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Global Ag News for May 13.24


Argentina Scraps Export Quotas for Corn, Wheat: La Nacion

The administration of President Javier Milei scrapped quota systems implemented by the previous leftist government, La Nacion reported citing a resolution in the federal register.

Farm leaders celebrated the decision: La Nacion


Wheat prices overnight are unchanged in SRW, down 2 1/4 in HRW, down 1 1/4 in HRS; Corn is down 2; Soybeans down 3 1/2; Soymeal down $3.90; Soyoil up 0.43.

Markets finished last week with wheat prices up 14 3/4 in SRW, down 4 1/4 in HRW, down 6 3/4 in HRS; Corn is down 1 1/4; Soybeans down 33 1/4; Soymeal down $19.60; Soyoil up 1.03.

For the month to date wheat prices are up 60 1/4 in SRW, up 35 3/4 in HRW, up 14 1/2 in HRS; Corn is up 21; Soybeans up 52 1/2; Soymeal up $16.10; Soyoil up 1.83.

Year-To-Date nearby futures are up 3.2% in SRW, up 8.6% in HRW, down 2.1% in HRS; Corn is down 3.3%; Soybeans down 6.8%; Soymeal down 4.9%; Soyoil down 8.4%.

Chinese Ag futures (JUL 24) Soybeans down 37 yuan; Soymeal up 6; Soyoil up 52; Palm oil up 46; Corn up 5 — Malaysian Palm is up 63. Malaysian palm oil prices overnight were up 63 ringgit (+1.65%) at 3872.

There were changes in registrations (8 Oats, 42 Corn). Registration total: 1,479 SRW Wheat contracts; 26 Oats; 837 Corn; 469 Soybeans; 2,589 Soyoil; 226 Soymeal; 0 HRW Wheat.

Preliminary changes in futures Open Interest as of May 10 were: SRW Wheat up 9,491 contracts, HRW Wheat up 3,580, Corn up 23,977, Soybeans up 13,359, Soymeal down 1,108, Soyoil up 3,371.

Northern Plains: Some isolated showers moved across the region over the weekend, but most areas stayed dry. Several systems will move through over the next week. Some areas of heavy rain are forecast, but others will see little or none. Planting windows should be open for most areas, but others may find some difficulty, especially those that saw heavy rain last week. Temperatures will waffle around as well, but trend cooler than normal starting this weekend.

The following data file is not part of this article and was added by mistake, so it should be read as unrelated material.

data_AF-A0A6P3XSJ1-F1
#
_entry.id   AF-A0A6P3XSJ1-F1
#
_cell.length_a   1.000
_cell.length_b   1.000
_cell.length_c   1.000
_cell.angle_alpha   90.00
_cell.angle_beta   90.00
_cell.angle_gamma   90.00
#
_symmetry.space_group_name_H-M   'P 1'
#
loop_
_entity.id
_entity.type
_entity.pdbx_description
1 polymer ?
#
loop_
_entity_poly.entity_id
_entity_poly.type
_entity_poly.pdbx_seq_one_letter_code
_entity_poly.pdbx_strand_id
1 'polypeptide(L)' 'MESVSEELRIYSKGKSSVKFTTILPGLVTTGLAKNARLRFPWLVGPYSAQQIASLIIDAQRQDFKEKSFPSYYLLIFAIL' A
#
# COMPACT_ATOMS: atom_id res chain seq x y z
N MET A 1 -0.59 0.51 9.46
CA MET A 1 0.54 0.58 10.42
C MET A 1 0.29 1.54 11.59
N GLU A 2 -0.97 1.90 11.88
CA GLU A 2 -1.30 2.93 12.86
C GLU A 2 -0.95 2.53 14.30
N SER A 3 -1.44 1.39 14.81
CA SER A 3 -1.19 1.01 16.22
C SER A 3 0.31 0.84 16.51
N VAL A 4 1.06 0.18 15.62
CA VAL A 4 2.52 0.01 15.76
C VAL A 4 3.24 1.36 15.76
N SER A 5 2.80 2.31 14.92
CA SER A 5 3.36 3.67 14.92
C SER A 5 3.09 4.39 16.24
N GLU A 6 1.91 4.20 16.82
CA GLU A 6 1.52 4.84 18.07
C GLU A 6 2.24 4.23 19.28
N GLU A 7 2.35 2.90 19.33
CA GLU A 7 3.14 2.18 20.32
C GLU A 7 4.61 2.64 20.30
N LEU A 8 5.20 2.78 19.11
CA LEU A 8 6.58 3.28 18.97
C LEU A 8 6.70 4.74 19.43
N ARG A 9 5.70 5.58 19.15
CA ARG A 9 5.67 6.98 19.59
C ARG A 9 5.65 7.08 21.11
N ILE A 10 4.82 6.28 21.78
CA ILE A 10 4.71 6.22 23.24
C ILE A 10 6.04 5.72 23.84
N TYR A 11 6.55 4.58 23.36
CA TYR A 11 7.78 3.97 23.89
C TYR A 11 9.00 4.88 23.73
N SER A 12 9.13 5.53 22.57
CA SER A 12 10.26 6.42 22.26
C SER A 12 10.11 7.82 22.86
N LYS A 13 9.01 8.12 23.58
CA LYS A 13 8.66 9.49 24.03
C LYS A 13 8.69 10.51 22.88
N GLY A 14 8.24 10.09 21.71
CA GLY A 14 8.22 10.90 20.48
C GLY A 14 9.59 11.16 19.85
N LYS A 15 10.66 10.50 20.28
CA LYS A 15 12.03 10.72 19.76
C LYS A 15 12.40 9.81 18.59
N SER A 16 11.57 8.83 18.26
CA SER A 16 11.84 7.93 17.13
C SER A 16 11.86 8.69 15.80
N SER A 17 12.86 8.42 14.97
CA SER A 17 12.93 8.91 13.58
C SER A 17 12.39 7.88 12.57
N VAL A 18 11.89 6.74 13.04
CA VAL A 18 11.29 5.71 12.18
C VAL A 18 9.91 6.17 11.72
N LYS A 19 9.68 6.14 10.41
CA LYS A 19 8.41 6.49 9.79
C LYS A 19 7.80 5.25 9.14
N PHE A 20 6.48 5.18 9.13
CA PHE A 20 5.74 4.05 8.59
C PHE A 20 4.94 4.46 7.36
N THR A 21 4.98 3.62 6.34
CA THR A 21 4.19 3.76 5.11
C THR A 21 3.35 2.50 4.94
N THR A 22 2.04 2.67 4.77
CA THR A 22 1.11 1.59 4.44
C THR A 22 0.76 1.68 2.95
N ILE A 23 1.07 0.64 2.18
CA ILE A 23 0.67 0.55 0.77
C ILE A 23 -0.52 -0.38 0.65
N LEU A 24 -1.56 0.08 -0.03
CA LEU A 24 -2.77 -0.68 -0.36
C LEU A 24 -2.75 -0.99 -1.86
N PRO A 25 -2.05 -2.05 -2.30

Central/Southern Plains: Scattered showers went through the region over the weekend, including some needed rain in portions of southwestern Kansas other dry/drought areas. The system responsible continues across the east on Monday. Several more systems will move through the region this week and weekend. Chances are better away from the southwest, but there is potential for at least some.

Midwest: A couple of rounds of scattered showers went through over the weekend, although rainfall was overall pretty light in most areas. Planters likely rolled with authority. A system will move across the region with more widespread precipitation Monday and Tuesday, hitting wetter areas with more rain. Several more systems are waiting in the pipeline to move through the region. While each may not bring a ton of rainfall, the potential for thunderstorms and heavier rain has increased from last week, which may keep planting slower than normal in some areas. For those with seed in the ground, the consistent rains should be favorable.

Delta: Scattered showers went through southern areas over the weekend and several systems going through this week and next are likely to move through with widespread showers and thunderstorms as well. The rain is keeping soils moist for newly-planted crops, but making it a bit more difficult for those that haven’t. However, the region has seen good planting progress in the face of the wetter conditions so far this spring.

Canadian Prairies: Isolated showers moved into the region over the weekend, but most areas were favorably dry, allowing wet soils to drain and planters to roll. The storm track is busy through the region, though the path from the northwest will mean more isolated to scattered showers and less widespread heavy rain. Still, it may be enough to produce delays should some areas get hit multiple times. Temperatures will start to trend below normal starting Friday and likely going through next week.

Brazil: A front moved back into southern Brazil last week and produced more heavy rain over northern Rio Grande do Sul, exacerbating flooding. That front continues with rainfall there Monday, but shifts a touch farther north into the southern portions of safrinha corn territory with some showers for Tuesday. Another front reloads over Rio Grande do Sul with heavy rain on Thursday and Friday, with that front shifting north again for the weekend. Central Brazil continues to be hot and dry though, and crop conditions continue to fall there.

Argentina: Cold and dry conditions over the country continue through next week, though far northern areas will catch some rain at times. Overall, the potential for increases in harvest progress continue, though the colder conditions have been producing frosts, which isn’t exactly welcome for late-developing crops or newly-planted winter wheat.